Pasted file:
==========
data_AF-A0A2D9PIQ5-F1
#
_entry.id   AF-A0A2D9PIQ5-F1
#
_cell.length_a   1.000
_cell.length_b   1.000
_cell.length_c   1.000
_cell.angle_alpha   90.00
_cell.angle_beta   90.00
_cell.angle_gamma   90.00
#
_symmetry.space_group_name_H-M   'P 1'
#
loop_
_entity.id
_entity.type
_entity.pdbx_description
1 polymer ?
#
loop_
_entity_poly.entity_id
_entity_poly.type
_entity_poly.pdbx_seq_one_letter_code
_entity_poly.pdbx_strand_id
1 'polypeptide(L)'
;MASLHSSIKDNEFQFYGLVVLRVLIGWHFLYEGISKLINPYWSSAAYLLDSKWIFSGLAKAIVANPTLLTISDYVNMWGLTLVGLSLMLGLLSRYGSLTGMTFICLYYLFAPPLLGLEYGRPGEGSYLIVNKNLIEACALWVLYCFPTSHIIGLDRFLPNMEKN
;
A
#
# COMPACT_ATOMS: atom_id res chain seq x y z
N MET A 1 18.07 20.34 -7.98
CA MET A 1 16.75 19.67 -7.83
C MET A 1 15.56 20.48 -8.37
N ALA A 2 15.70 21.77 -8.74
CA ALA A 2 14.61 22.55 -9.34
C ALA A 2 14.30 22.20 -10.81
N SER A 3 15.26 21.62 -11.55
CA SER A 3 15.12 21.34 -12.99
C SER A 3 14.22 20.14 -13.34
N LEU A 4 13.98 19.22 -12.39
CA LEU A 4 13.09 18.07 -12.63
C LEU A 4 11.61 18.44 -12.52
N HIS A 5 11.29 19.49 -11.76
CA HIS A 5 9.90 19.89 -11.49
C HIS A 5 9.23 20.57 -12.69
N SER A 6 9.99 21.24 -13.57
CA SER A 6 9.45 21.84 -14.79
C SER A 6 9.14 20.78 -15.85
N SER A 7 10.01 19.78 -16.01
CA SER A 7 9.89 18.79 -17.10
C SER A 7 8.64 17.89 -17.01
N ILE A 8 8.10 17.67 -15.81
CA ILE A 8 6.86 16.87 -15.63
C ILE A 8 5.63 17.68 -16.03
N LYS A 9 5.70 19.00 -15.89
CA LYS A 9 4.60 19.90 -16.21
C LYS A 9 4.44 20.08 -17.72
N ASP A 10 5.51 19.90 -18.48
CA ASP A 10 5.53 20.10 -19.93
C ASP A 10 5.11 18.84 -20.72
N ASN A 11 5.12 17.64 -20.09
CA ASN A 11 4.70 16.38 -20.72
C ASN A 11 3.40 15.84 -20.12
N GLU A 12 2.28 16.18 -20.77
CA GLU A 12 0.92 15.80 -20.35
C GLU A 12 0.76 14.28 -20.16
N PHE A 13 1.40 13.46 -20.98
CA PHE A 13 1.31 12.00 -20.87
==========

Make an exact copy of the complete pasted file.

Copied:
data_AF-A0A2D9PIQ5-F1
#
_entry.id   AF-A0A2D9PIQ5-F1
#
_cell.length_a   1.000
_cell.length_b   1.000
_cell.length_c   1.000
_cell.angle_alpha   90.00
_cell.angle_beta   90.00
_cell.angle_gamma   90.00
#
_symmetry.space_group_name_H-M   'P 1'
#
loop_
_entity.id
_entity.type
_entity.pdbx_description
1 polymer ?
#
loop_
_entity_poly.entity_id
_entity_poly.type
_entity_poly.pdbx_seq_one_letter_code
_entity_poly.pdbx_strand_id
1 'polypeptide(L)'
;MASLHSSIKDNEFQFYGLVVLRVLIGWHFLYEGISKLINPYWSSAAYLLDSKWIFSGLAKAIVANPTLLTISDYVNMWGLTLVGLSLMLGLLSRYGSLTGMTFICLYYLFAPPLLGLEYGRPGEGSYLIVNKNLIEACALWVLYCFPTSHIIGLDRFLPNMEKN
;
A
#
# COMPACT_ATOMS: atom_id res chain seq x y z
N MET A 1 18.07 20.34 -7.98
CA MET A 1 16.75 19.67 -7.83
C MET A 1 15.56 20.48 -8.37
N ALA A 2 15.70 21.77 -8.74
CA ALA A 2 14.61 22.55 -9.34
C ALA A 2 14.30 22.20 -10.81
N SER A 3 15.26 21.62 -11.55
CA SER A 3 15.12 21.34 -12.99
C SER A 3 14.22 20.14 -13.34
N LEU A 4 13.98 19.22 -12.39
CA LEU A 4 13.09 18.07 -12.63
C LEU A 4 11.61 18.44 -12.52
N HIS A 5 11.29 19.49 -11.76
CA HIS A 5 9.90 19.89 -11.49
C HIS A 5 9.23 20.57 -12.69
N SER A 6 9.99 21.24 -13.57
CA SER A 6 9.45 21.84 -14.79
C SER A 6 9.14 20.78 -15.85
N SER A 7 10.01 19.78 -16.01
CA SER A 7 9.89 18.79 -17.10
C SER A 7 8.64 17.89 -17.01
N ILE A 8 8.10 17.67 -15.81
CA ILE A 8 6.86 16.87 -15.63
C ILE A 8 5.63 17.68 -16.03
N LYS A 9 5.70 19.00 -15.89
CA LYS A 9 4.60 19.90 -16.21
C LYS A 9 4.44 20.08 -17.72
N ASP A 10 5.51 19.90 -18.48
CA ASP A 10 5.53 20.10 -19.93
C ASP A 10 5.11 18.84 -20.72
N ASN A 11 5.12 17.64 -20.09
CA ASN A 11 4.70 16.38 -20.72
C ASN A 11 3.40 15.84 -20.12
N GLU A 12 2.28 16.18 -20.77
CA GLU A 12 0.92 15.80 -20.35
C GLU A 12 0.76 14.28 -20.16
N PHE A 13 1.40 13.46 -20.98
CA PHE A 13 1.31 12.00 -20.87